Four types of nappy rash and how to treat it at home
Four different types of nappy rash
1. Irritant dermatitis
Irritant dermatitis is a the most common type of rash you’ll find on a baby’s skin.
It’s typically caused by skin being in contact with urine of poo for too long. We’ve all had those moments when you realise you got distracted and forgot to change your baby’s nappy for a few hours, or when you’re trying to help your little one sleep through the night, and they have to adjust to spending the whole night in their nappy.
This can range in severity, but is commonly just noticeable as red patches around legs and bum and the top of the nappy.
2. Candida dermatitis
Candida dermatitis is a yeast infection. Nappies are the perfect place for yeast infections to grow as they’re warm and moist environments. Unlike irritant dermatitis, it’s not just regular poos and wees in contact with the skin that will lead to this particular rash. Candida dermatitis points to upset tummies with diarrhoea and acidic stools a common cause. It’s also possible that the wrong bath time products – soaps, bubble bath or moisturiser – could also cause an overgrowth of yeast.
Candida dermatitis can be found around the creases of the legs, bum, testicles or vulva and can result in pimples, blistering, bumps and ulcers. It’s also worth looking out for small areas of rash near the main rash – sometimes called satellite lesions.
3. Allergic dermatitis
Allergic dermatitis is the result of a reaction to a substance or material that has come in contact with your baby’s skin. If it’s in the nappy area it can be hard to identify without some careful backtracking of what product or substance you might have used on their skin that has caused the reaction. The resultant red sore bottom is a big clue, but can be hard to distinguish from other standard irritant dermatitis.
It’s also important to check for other rash areas outside of the nappy area as other rashes might give a better clue as to whether it’s a product used or something consumed that is the cause of the rash.
4. Bacteria dermatitis
This is commonly caused by Staphylococcusaureus (Staph) and Group A Streptococcus (Strep). Bacteria dermatitis affects areas of the skin that are already sore or broken. So you might find instances where untreated irritant dermatitis that have led to sores or broken skin can lead to more concerning bacteria dermatitis.
These types of bacterial rash can look more severe. Staph bacteria dermatitis can look pus-filled blisters or yellowing scabs and crusts. Strep bacteria
Three ways to naturally treat nappy rash at home
The good news is that to get rid of nappy rash, you don’t necessarily need very much help.
The best treatment is early intervention, stopping a sore bum getting worse makes things much simpler. A lot of preventative measures therefore can be used more regularly at the first signs of irritant dermatitis.
- Get your baby spending more time without a nappy on and ensure groin and crotch area is cleaned thoroughly, but very gently - switch to boiled (and then cooled) water and cotton wool if affected area is particularly sensitive.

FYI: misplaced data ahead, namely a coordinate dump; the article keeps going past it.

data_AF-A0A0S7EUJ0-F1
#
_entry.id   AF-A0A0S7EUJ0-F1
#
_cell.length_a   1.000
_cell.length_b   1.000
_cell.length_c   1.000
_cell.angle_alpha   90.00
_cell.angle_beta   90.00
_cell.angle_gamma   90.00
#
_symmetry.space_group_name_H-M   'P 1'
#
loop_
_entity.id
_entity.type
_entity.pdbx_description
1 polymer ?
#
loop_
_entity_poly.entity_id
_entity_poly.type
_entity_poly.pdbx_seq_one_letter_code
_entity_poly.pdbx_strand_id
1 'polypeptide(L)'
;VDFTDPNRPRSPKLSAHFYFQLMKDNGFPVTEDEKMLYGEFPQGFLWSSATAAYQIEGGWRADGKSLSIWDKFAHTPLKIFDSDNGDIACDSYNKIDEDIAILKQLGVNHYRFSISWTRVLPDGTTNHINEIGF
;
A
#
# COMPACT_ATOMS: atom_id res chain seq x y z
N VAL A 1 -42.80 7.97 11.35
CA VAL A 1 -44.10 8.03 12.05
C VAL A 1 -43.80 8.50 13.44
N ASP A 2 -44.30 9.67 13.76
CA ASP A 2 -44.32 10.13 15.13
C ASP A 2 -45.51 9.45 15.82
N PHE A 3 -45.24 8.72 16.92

- Start changing nappies more frequently – every couple of hours – rather than waiting until the nappy feels fuller. This way you limit the amount of time a baby’s skin is in contact with irritants.
- Use a good, natural barrier cream at early signs of redness or soreness. It’s often better to give a baby dry time when you see these signs because more moisture in the nappy area can add to the problems, that’s not always practical.
How to prevent nappy rash with 'dry time'
- Try using dry time for half an hour to an hour directly after a nappy change – ideally when you know they’ve just done a wee.
- Try dry time on hard floors with wipeable surfaces under neath them (for little babies that might just mean time without a nappy on a changing mat place on a hard floor).
- Try and combine dry time with tummy time on a mat like this Heads Up sensory playmat that we have designed to keep babies engaged on their front for longer. which provides cushioning, but is also easy to disinfect. Tummy time can be a bit of a pain as well so combining it is a great way to cover both bases.
- Try dry time on a set of towels or bedding that you already intend to put in a high heat wash so an accident doesn’t mean any ‘additional’ washing.
When to ask your doctor about persistent nappy rash
The best products to help prevent nappy rash
- Water wipes or other non-branded alcohol-free and parfum-free wipes ensure a higher degree of sensitivity when cleaning the nappy area
- Bamboo nappies offer better wicking properties than cotton so can be better at removing moisture from the nappy area – try these nappies from Mama bamboo
- Great barrier creams are essential at dealing with the first signs of soreness. We recommend Sudocrem as simple antiseptic solution, but you could also try nappy barrier creams from Bepanthen or Burts Bees.
- Our own Mushi microfibre cleansing cloths for kids use just water and are machine washable 1000 times. It means they're eco-friendly, super soft on skin and clean up more effectively than regular wipes to ensure you don't leave traces of poo or urine behind that can cause skin irritation.
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